Bishoftu, Ethiopia – Ethiopia exports over a million cattle per year, and none of this would be possible without nuclear techniques. To prevent epidemics, all of the livestock destined for export, as well as domestic consumption, need to be vaccinated against animal diseases such as foot and mouth disease, Sheep and goat pox, Peste des petits ruminants (PPR), Lumpy Skin Disease, Contagious caprine pleuropneumonia and others. The vaccines are developed and produced at the National Veterinary Institute (NVI) in central Ethiopia. The IAEA, in cooperation with the Food and Agriculture Organization of the United Nations (FAO), supports both aspects of this work: vaccines are developed to fight evolving pathogens and then produced for use both domestically and in neighbouring countries.
“Livestock exports are vital to our economy and the contribution of NVI to the livestock sector is immeasurable,” said Wondemagegn Tufa, a Director at the country’s Ministry of Agriculture in charge of ensuring seamless export procedures for cattle. The ministry buys vaccines from NVI and then distributes them among farmers, including pastoralists in the eastern part of the country, whose animals are most exposed to disease because they roam across a large area and mingle with wild animals.
With 60 million cattle, Ethiopia has the largest livestock population in Africa and the fifth largest in the world, according to the World Bank. The livestock sector accounts for around a fifth of the country’s economy and close to 10% of its exports.
To keep up with increasing demand from farmers and the changing regulations of importing countries, NVI has increased its vaccine production from 93 million doses to 260 million doses per year over the last decade. This also enables it to export vaccines to neighbouring countries, including against PPR, a viral disease of goats and sheep, the eradication of which is a major goal of the African Union.
The availability and access to effective vaccines is vital for controlling and preventing the spread of many animal diseases, some of which can also spread to people. Vaccines, in animals just like in people, activate an immunological response that helps the body prepare to fight off a future disease. Some vaccinations use live microorganisms, like viruses, which could lead to the eruption of the disease. Radiation can help address this by inactivating a microorganism so that it cannot infect the vaccinated animal. At the same time, radiation does not affect the microorganism’s structure, so the immune system can still recognize it, which causes the animal to develop its protection mechanism. Irradiation of vaccines also ensures that the vaccines do not contain any contamination.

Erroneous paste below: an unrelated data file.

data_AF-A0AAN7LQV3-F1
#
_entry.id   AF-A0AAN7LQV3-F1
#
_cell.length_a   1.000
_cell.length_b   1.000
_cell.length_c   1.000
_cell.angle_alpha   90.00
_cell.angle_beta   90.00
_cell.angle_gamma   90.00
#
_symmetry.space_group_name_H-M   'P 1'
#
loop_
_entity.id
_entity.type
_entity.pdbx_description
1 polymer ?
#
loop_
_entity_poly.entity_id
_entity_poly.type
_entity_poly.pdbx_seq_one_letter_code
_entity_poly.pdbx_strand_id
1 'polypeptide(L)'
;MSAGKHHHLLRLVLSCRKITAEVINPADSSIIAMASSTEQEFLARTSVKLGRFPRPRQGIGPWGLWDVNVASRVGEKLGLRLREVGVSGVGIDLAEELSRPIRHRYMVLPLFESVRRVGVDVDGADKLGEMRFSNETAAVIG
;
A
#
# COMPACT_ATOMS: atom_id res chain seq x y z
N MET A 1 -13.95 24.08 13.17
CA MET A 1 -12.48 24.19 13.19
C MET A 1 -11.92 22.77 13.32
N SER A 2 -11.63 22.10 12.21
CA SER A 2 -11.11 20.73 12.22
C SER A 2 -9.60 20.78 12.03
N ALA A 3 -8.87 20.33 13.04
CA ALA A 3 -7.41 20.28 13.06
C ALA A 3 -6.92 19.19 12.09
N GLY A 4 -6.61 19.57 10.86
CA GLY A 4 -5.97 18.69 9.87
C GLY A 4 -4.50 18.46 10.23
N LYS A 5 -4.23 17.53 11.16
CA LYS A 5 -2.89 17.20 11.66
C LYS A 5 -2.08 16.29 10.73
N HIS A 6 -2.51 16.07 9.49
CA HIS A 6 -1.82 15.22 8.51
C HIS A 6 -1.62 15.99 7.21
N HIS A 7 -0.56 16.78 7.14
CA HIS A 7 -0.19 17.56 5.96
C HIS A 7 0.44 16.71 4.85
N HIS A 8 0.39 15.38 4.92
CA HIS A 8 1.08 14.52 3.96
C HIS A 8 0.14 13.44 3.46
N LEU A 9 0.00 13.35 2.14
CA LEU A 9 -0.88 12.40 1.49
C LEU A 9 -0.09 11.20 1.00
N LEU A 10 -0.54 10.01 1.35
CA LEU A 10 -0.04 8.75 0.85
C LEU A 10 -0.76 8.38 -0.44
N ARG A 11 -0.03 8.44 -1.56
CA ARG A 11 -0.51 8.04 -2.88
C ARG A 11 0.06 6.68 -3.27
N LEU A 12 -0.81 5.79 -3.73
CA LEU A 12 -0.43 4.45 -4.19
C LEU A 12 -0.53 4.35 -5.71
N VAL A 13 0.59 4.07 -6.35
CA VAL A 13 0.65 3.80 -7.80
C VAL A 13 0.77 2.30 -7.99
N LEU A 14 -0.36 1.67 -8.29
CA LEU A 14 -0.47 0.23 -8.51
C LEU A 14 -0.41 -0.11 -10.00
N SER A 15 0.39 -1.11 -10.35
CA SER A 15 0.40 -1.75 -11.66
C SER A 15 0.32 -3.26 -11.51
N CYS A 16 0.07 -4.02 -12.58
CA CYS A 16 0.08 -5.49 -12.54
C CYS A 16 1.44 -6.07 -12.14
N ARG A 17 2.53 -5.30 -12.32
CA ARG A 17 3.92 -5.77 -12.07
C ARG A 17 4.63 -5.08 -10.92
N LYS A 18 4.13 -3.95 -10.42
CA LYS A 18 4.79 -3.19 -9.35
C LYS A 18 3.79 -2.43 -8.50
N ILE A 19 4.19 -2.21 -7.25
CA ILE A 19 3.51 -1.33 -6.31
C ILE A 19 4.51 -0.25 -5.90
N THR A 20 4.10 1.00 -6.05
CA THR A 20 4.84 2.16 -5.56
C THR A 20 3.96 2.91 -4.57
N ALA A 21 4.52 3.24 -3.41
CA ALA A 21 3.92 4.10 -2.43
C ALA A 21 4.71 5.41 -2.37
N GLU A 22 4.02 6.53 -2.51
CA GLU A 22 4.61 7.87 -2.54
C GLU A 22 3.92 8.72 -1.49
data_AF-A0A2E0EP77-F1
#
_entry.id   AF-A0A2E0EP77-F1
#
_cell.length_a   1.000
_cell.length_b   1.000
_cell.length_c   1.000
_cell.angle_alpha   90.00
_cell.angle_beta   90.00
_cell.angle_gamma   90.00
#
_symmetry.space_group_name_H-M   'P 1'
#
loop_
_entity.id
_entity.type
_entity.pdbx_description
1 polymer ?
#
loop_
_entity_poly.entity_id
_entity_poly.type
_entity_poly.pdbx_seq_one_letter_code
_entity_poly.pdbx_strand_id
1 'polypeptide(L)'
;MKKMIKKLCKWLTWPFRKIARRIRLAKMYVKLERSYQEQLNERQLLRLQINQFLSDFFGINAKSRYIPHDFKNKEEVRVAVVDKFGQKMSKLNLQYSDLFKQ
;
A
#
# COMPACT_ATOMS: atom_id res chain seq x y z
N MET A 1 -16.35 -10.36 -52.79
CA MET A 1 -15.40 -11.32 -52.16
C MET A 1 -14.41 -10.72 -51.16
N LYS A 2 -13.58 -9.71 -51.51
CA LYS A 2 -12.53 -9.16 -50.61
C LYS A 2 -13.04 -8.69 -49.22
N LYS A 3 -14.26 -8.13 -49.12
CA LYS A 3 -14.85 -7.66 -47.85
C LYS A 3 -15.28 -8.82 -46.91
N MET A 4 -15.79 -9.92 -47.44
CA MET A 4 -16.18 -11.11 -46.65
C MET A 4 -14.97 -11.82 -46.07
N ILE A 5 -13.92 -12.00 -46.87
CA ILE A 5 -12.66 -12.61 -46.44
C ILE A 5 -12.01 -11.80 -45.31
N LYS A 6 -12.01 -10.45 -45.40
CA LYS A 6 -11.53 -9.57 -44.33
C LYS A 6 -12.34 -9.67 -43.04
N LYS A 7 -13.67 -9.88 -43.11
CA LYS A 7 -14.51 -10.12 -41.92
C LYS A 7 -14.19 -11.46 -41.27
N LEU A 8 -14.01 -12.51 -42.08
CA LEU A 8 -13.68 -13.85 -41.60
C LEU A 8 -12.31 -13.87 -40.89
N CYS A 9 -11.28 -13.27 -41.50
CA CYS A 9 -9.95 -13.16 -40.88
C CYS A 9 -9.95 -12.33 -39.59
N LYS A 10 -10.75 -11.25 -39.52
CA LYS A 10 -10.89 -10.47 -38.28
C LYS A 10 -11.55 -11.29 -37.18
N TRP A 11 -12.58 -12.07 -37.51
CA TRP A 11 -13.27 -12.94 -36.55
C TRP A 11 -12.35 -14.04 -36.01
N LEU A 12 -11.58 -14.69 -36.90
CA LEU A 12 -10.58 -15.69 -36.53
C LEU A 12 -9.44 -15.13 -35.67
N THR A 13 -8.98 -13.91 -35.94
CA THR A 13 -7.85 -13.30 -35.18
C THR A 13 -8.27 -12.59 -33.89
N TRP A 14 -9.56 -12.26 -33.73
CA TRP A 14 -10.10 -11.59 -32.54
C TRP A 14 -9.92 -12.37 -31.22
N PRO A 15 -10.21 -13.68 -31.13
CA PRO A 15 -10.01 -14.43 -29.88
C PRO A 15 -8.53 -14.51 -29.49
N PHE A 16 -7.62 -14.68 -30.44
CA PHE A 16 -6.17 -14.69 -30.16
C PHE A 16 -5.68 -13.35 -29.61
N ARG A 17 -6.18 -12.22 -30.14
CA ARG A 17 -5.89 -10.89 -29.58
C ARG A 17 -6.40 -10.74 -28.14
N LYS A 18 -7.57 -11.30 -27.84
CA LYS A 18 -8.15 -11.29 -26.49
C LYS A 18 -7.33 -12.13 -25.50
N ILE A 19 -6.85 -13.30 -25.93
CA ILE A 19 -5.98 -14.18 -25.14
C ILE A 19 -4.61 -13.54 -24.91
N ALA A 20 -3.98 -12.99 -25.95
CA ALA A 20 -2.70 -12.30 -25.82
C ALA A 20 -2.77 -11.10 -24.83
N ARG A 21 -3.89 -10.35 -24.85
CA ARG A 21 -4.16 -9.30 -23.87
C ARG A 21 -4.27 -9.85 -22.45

Using irradiation technology for developing vaccines is safer for the animals because it does not require additional chemicals or other compounds that are traditionally used for deactivating the viruses. These irradiated vaccines are of higher quality because they better preserve the structure of the microorganism, which results in a broader immune protective response, said Charles Lamien, an Animal Health Officer at the Joint FAO/IAEA Division of Nuclear Techniques for Food and Agriculture.
The IAEA, through its technical cooperation programme, in partnership with FAO, supports NVI with training of its staff and the supply of consumables and equipment. All technical staff of NVI’s Research and Development Department have benefitted from training by the FAO/IAEA. “Whether through short courses or longer fellowships, they have all been exposed to cutting edge science,” said NVI Director General Martha Yami.
The IAEA played a pivotal role in the establishment of the Institute’s molecular laboratory, where new strains of viruses are characterized, so that vaccines can be adjusted to provide protection against them, Yami said.
This characterization of the DNA and RNA of the virus is done using nuclear-derived molecular techniques, which can reveal differences between strains. The technology is used to compare the wild virus from an outbreak with the vaccine, and if they are closely related, then the vaccine will provide the required protection to the animals. If they are not, the vaccine needs to be modified.
The IAEA now relies on NVI’s experts to train scientists from across Africa in the use of various nuclear techniques in animal health, Lamien said. “Animals, and with them the diseases they carry, cross borders,” he said. “Therefore, a continent-wide approach is required to fight these diseases.”
Beyond dollars and cents
The impact of this work is visible across the country, where cattle roam on hillsides, pastures and roads. Many of the country’s 12 million farming households depend on cattle and therefore benefit from nuclear technology – whether they know it or not.
“The importance of cattle and its health is more than just economic,” said Tufa of the Agriculture Ministry. “Cattle is a way of life for pastoralists, it is central to the culture and functions as a storage of wealth and insurance to use in times of hardship.” To improve the health and well being of these animals and increase their productivity is a key development objective of the government, he added.